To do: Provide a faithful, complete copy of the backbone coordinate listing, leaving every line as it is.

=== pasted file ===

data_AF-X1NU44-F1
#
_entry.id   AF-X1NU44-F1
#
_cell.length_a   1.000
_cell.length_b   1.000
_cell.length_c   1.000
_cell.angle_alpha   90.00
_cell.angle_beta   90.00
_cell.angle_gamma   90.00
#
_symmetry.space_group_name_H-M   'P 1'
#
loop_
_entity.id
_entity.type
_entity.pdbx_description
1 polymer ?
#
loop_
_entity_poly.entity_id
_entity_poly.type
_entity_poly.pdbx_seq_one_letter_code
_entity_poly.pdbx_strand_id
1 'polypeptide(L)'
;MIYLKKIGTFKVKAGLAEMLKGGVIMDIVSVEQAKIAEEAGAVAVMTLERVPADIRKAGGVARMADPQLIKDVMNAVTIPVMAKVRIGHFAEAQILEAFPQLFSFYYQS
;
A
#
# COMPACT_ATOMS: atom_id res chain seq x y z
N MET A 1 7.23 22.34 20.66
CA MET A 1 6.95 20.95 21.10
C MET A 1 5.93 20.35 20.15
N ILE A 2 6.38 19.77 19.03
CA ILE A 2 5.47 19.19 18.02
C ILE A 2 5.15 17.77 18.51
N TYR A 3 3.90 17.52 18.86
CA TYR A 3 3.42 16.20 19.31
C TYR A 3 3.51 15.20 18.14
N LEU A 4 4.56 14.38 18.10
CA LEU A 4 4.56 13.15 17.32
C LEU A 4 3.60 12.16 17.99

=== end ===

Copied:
data_AF-X1NU44-F1
#
_entry.id   AF-X1NU44-F1
#
_cell.length_a   1.000
_cell.length_b   1.000
_cell.length_c   1.000
_cell.angle_alpha   90.00
_cell.angle_beta   90.00
_cell.angle_gamma   90.00
#
_symmetry.space_group_name_H-M   'P 1'
#
loop_
_entity.id
_entity.type
_entity.pdbx_description
1 polymer ?
#
loop_
_entity_poly.entity_id
_entity_poly.type
_entity_poly.pdbx_seq_one_letter_code
_entity_poly.pdbx_strand_id
1 'polypeptide(L)'
;MIYLKKIGTFKVKAGLAEMLKGGVIMDIVSVEQAKIAEEAGAVAVMTLERVPADIRKAGGVARMADPQLIKDVMNAVTIPVMAKVRIGHFAEAQILEAFPQLFSFYYQS
;
A
#
# COMPACT_ATOMS: atom_id res chain seq x y z
N MET A 1 7.23 22.34 20.66
CA MET A 1 6.95 20.95 21.10
C MET A 1 5.93 20.35 20.15
N ILE A 2 6.38 19.77 19.03
CA ILE A 2 5.47 19.19 18.02
C ILE A 2 5.15 17.77 18.51
N TYR A 3 3.90 17.52 18.86
CA TYR A 3 3.42 16.20 19.31
C TYR A 3 3.51 15.20 18.14
N LEU A 4 4.56 14.38 18.10
CA LEU A 4 4.56 13.15 17.32
C LEU A 4 3.60 12.16 17.99